When I did my 42-day social media detox in the summer of 2010, all I was looking for was relief from the incessant online chatter – the anxiety and exhaustion that came from being frenetically, perpetually, and continuously distracted by status updates. As I peeled back the layers covering my anxiety, I realized there was a whole Pandora’s box of twisted emotions and my online habits were actually distracting me from dealing with the real issues all around me.

I check Facebook and other social media much less now – but my motivation is purely intrinsic: if I don’t keep a healthy distance, the anxiety will start to enshroud me again, and who knows where I’ll end up then. For me, it’s a matter of preserving mental and emotional happiness.

It’s kind of like dealing with an eating disorder. You can’t exactly swear off food since you need to eat to live – you just need to set very good boundaries detailing how you interact with food, and avoid putting yourself in situations that will threaten your health and well-being.

The game is all about devising effective structures to help you deal with your obsessions. And I think this is a huge issue for ensuring your own quality of life – at least in the very personal world inside your head.

Disciplined Creative Time

I think every blog has at least one post that says “sorry I haven’t posted in a while.”

Today is that day for me. I started professor-ing in August and have been on the Manager’s Schedule (huh? what does that mean? — see http://qualityandinnovation.com/2009/08/14/makers-meeting-managers-meeting) ever since. By the time I get to Maker’s time, which is where I think about the things I see in journals and newspapers, I’ve been pretty worn out. I realized that effectively managing your Manager’s time is the key to getting Maker’s time. If there’s too much physical time or physical energy wrapped up in the Manager’s Schedule, just stop right there – don’t even plan to get any creative work done. When you sit down for your “planned Maker’s time”, if your body is weary, your soul is just going to want to sip on coffee and surf the net.

I will need to take a much more disciplined approach to my creative time if I’m going to produce any useful output. (Valdis, that means MoC!)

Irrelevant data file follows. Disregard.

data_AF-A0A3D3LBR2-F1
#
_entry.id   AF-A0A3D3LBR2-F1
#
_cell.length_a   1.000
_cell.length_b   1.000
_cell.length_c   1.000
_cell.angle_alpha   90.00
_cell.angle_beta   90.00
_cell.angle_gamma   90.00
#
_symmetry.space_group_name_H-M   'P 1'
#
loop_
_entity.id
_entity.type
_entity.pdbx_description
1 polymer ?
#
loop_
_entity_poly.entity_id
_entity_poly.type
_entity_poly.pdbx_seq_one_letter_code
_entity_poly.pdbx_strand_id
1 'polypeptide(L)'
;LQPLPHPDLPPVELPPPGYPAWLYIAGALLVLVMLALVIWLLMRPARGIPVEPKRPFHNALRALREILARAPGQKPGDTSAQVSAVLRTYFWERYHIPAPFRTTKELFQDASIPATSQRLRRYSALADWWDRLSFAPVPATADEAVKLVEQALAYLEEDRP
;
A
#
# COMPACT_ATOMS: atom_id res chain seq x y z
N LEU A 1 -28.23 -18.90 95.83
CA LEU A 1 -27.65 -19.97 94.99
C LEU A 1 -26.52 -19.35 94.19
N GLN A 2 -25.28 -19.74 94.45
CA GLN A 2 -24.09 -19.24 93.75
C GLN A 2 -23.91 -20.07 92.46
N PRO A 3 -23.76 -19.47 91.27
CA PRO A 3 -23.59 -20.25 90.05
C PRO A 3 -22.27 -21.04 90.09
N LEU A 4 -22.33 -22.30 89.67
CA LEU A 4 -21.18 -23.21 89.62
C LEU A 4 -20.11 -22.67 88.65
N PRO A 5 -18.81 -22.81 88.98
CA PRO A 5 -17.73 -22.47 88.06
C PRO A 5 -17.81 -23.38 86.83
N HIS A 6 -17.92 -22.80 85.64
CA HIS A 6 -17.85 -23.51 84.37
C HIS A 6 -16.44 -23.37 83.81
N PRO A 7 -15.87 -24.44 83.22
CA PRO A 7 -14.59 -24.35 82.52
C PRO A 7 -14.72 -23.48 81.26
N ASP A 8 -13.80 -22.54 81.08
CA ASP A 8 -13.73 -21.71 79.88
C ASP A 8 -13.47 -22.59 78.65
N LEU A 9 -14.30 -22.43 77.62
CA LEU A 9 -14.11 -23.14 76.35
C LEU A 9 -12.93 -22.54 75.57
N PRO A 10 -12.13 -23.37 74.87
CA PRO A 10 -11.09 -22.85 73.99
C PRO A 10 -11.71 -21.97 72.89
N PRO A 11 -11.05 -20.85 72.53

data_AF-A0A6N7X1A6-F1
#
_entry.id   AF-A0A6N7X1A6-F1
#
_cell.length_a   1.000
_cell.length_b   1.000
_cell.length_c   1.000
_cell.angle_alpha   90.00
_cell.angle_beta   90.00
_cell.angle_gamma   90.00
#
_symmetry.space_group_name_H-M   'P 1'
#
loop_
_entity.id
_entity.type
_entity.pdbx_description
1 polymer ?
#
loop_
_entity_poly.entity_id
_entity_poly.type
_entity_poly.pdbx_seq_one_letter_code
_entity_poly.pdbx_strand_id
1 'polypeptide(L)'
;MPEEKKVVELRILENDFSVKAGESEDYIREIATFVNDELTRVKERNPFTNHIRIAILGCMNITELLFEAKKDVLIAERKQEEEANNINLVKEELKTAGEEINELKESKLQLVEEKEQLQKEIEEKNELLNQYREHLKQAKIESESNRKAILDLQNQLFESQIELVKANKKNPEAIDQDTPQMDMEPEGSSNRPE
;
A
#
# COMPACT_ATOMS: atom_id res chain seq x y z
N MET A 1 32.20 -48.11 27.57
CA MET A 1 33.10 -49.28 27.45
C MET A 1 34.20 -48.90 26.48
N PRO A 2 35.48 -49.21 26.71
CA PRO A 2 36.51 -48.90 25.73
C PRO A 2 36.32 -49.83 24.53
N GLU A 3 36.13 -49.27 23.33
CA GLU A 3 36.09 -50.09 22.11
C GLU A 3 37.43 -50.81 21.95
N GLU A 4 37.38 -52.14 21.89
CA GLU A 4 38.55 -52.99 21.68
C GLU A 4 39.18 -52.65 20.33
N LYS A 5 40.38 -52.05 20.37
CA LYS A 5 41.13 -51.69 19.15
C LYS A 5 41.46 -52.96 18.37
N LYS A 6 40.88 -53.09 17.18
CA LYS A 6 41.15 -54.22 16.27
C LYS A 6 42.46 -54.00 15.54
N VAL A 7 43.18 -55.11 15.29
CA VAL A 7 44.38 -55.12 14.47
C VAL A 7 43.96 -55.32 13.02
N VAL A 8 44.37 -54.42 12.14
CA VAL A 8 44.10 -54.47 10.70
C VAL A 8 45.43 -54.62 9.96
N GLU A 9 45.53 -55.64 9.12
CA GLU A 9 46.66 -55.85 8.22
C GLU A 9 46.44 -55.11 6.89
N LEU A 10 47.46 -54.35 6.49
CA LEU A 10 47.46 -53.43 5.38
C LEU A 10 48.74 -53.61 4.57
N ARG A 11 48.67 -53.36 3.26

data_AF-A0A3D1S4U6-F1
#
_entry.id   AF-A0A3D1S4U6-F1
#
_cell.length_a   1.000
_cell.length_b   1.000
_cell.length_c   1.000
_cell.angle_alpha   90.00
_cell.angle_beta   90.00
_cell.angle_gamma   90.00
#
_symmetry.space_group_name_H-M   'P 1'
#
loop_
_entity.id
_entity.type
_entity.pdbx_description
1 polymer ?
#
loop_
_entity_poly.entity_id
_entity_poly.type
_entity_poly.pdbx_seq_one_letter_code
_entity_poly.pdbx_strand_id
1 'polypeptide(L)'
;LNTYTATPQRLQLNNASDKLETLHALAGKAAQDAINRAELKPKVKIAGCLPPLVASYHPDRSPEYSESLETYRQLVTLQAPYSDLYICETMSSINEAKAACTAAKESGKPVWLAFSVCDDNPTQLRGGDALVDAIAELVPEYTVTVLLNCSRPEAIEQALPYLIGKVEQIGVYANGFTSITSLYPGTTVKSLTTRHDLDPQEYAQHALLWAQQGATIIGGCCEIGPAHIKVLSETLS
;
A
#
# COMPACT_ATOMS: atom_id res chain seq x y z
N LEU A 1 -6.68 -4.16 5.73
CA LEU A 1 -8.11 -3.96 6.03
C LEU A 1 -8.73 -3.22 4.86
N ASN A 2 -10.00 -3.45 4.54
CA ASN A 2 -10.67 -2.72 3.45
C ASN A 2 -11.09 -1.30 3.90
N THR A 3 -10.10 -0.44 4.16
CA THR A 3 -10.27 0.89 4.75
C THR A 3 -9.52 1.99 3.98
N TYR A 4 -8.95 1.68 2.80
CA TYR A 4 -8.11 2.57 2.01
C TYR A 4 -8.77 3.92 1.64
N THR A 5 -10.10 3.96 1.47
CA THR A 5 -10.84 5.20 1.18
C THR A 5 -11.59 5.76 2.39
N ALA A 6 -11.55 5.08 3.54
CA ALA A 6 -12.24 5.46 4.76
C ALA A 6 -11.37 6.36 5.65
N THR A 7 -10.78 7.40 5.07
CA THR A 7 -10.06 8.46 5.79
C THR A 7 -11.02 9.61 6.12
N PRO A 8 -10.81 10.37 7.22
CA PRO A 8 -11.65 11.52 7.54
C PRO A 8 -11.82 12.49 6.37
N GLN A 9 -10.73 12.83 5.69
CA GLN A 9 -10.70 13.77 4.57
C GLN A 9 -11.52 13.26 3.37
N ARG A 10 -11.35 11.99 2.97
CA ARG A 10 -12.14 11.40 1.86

How to Achieve Transparency: One Approach

Point 1: Transparency in business and in government means that you know what’s going on (or can find out). You have access to information about the organization’s processes and results, it is clearly presented, and it is understandable. It is difficult, if not impossible, to understand accountability when transparency does not exist. In the emerging ISO 26000 standard for social responsibility, both transparency and accountability are important.

Point 2: In data management, we struggle with the concept of provenance: how to track what happened to your data at every step of its journey – from being collected, to being operated upon by a host of processes and algorithms, to being evaluated, analyzed and visualized.

McClatchy reports today that the U.S. government is having problems with both. In “Where did that bank bailout go? Watchdogs aren’t entirely sure”, Chris Adams describes the murkiness of the issue:

Although hundreds of well-trained eyes are watching over the $700 billion that Congress last year decided to spend bailing out the nation’s financial sector, it’s still difficult to answer some of the most basic questions about where the money went.

Despite a new oversight panel, a new special inspector general, the existing Government Accountability Office and eight other inspectors general, those charged with minding the store say they don’t have all the weapons they need. Ten months into the Troubled Asset Relief Program, some members of Congress say that some oversight of bailout dollars has been so lacking that it’s essentially worthless.

Bottom line: achieving transparency requires successfully managing provenance. But in the case of the bailout, are transparency problems an information technology issue, or a policy issue?